There are two potentially hazardous sources of lead
in an older home: plumbing pipes and interior/exterior
"Even after lead pipes were replaced
in the 1940s, the earliest galvanized pipes still contained
lead until it was changed over to zinc," says Gehman.
"Lead was also present in much of the solder used
to join copper pipes up until the mid-1980s."
Owners of older homes often prefer to
install a filtration system to extract lead from their
water systems -- a kitchen filtration system might run
$500, a whole-house system $2,000 -- rather than replace
the pipes, unless the pipes are hopelessly clogged or
already included in the remodel.
The potential dangers from lead paint
lie in the possibilities that a child might ingest it
or that it might fall into a vegetable garden and be
ingested through the produce. The rule of thumb is to
encapsulate it in latex paint -- remove exterior siding
rather than sandblast it to avoid releasing the lead
into surrounding soil.
$6,000 to $7,000 to replace all pipes, $15,000-$18,000
to remove old siding and install new.
When your old home was built, chances are that grounded
electrical outlets were either not required by code
or only required in locations where water is present
such as kitchens and baths. But times and codes have
changed. If you're not sure if your outlets are grounded,
check them -- if they're two-pronged, instead of three-pronged,
they are not grounded outlets. But even if they are
three-pronged, have your electrician verify that they
are indeed grounded.
Completing electrical work in accordance
with code today requires that you install ground-fault-interrupter,
or GFI, outlets in your kitchen and baths and possibly
one outlet in your garage. The GFI cuts off power immediately
should an appliance come in contact with water. It's
a small price to pay to avoid tragedy.
It's likely that you'll also have to upgrade
your electrical box from the original 60/100- or 125-amp
capacity to today's 200-amp standard. A new box is a
good investment since older systems weren't built to
run modern appliances such as dishwashers, hair dryers,
garbage disposals and air conditioners.
But digging into a remodel doesn't mean
you're going to have to replace the wiring throughout
your entire home.
"Not usually," says Schloegel.
"Under the International Residential Code, the
building official has the authority. If it is a significant
amount of renovation, they can ask for the whole house
to be brought up to current code, but we have done major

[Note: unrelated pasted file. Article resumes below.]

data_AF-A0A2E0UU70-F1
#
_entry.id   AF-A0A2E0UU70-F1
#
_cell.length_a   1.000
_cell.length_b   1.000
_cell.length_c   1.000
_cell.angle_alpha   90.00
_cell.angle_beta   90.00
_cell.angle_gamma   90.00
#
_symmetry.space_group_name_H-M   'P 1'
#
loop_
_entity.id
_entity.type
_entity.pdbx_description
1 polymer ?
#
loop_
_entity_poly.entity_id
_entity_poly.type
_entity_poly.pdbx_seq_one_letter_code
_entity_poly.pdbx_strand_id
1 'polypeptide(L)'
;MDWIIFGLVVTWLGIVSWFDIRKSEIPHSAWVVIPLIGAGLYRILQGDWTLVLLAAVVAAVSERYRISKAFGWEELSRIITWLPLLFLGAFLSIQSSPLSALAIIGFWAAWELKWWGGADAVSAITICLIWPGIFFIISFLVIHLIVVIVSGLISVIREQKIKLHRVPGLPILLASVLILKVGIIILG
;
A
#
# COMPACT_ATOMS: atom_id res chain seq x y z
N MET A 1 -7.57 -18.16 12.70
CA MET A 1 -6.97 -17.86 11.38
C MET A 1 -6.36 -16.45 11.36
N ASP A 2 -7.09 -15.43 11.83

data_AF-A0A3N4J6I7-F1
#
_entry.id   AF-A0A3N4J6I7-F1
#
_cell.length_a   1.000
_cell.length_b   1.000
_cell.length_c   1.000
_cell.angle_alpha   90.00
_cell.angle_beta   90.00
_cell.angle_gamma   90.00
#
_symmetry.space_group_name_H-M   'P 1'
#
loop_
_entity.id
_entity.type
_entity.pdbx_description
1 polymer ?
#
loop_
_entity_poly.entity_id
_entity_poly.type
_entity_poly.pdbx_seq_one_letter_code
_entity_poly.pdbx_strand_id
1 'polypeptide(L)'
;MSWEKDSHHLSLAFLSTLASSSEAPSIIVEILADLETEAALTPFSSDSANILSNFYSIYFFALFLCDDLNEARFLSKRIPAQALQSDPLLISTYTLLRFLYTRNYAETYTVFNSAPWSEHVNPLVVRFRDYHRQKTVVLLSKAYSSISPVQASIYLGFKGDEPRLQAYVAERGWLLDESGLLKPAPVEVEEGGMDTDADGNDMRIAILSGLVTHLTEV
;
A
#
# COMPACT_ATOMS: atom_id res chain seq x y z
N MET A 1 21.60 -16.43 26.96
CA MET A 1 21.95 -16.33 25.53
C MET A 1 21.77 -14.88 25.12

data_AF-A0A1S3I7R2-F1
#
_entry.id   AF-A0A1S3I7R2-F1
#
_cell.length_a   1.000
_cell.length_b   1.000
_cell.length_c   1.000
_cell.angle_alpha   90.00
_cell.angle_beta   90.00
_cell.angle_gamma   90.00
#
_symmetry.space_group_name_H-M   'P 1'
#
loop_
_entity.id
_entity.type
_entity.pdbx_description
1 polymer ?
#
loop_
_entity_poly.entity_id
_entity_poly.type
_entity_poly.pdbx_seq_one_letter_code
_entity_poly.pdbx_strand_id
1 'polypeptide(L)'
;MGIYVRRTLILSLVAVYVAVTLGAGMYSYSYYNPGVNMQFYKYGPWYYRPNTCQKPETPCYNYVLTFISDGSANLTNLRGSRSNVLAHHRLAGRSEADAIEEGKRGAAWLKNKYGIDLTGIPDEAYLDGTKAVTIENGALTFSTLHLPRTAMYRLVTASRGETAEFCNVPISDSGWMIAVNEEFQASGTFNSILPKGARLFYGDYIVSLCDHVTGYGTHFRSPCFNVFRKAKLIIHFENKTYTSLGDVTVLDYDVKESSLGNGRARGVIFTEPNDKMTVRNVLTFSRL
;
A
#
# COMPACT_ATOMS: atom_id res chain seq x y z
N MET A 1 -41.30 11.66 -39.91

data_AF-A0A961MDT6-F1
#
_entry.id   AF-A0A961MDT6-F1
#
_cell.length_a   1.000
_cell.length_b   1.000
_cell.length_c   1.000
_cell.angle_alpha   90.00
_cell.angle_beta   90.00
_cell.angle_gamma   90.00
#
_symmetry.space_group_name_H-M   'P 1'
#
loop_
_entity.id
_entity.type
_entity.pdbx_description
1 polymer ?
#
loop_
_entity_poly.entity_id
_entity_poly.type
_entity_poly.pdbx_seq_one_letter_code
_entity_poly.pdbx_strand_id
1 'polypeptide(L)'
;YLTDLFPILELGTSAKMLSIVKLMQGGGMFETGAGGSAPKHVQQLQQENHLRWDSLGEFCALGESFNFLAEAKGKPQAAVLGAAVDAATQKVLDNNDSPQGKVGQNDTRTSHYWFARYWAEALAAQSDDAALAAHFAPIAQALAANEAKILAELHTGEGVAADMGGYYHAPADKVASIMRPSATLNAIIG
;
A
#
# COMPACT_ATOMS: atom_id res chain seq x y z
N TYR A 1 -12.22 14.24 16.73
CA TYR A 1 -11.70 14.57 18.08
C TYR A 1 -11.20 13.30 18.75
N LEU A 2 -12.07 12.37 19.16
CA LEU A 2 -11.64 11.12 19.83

whole-house renovations that were about 75 percent of
the house, and they have not made us bring the whole
house up to code."
On the other hand, it may be a good home-value
investment to do so. In homes where behind-the-wall
wiring is not practical, a good alternative may be to
conceal the new wiring behind baseboards.
A single GFI outlet can cost as little as $100. Cost
to rewire a kitchen so every appliance has its own circuit:
$1,000 to $1,700. Cost to rewire an entire house: $9,000
Behind your walls, in your basement or in your attic,
asbestos may be lurking. If it is, it can stop your
project in a New York minute because permits are required
to handle and dispose of it.
"Unfortunately, it was used in quite
a few products: floor coverings, as insulation around
duct work, even home siding," says Tyson.
Unless the asbestos is "friable,"
meaning it can be readily crumbled and released into
the air in the form of toxic dust most typically found
in duct insulation, it shouldn't present a problem.
"If we encounter it, we let the homeowner
know, and it will have to be removed by a professional
abatement company before we can come in," says
Estimated cost: $15,000 to $18,000 for
Strange as it seems, the old single-pane windows are
now typically more expensive and harder to find than
the double-pane energy-efficient windows approved for
new construction. The originals with new dual-paned
energy-savers typically run in the $600 to $800 range.
7: Tanks, wells and cesspools
Owners of old homes may not know what surprises await
beneath their lawns until renovation projects unearth
them. In previous generations, it was common to have
an oil tank buried in the backyard to hold heating oil.
Even older homes may have had a well, cesspool or septic
tank on the property that did the work of modern water
and sewer systems.
If you uncover a buried surprise, there
are numerous solutions, from removing the tank, if it's
empty, to draining it and filling it with rocks or other
solid materials. But if you have a buried oil tank,
your contractor may have to obtain a special environmental
permit and take soil samples to assess possible contamination
before digging up and disposing of the tank, usually
at a state-approved facility.
$1,400 to $1,600 to fill a septic tank; $2,000 to $2,500
to remove it; and $3,000 to remove an oil tank if no
Jay MacDonald is a contributing editor based in Mississippi.
Posted: April 12, 2006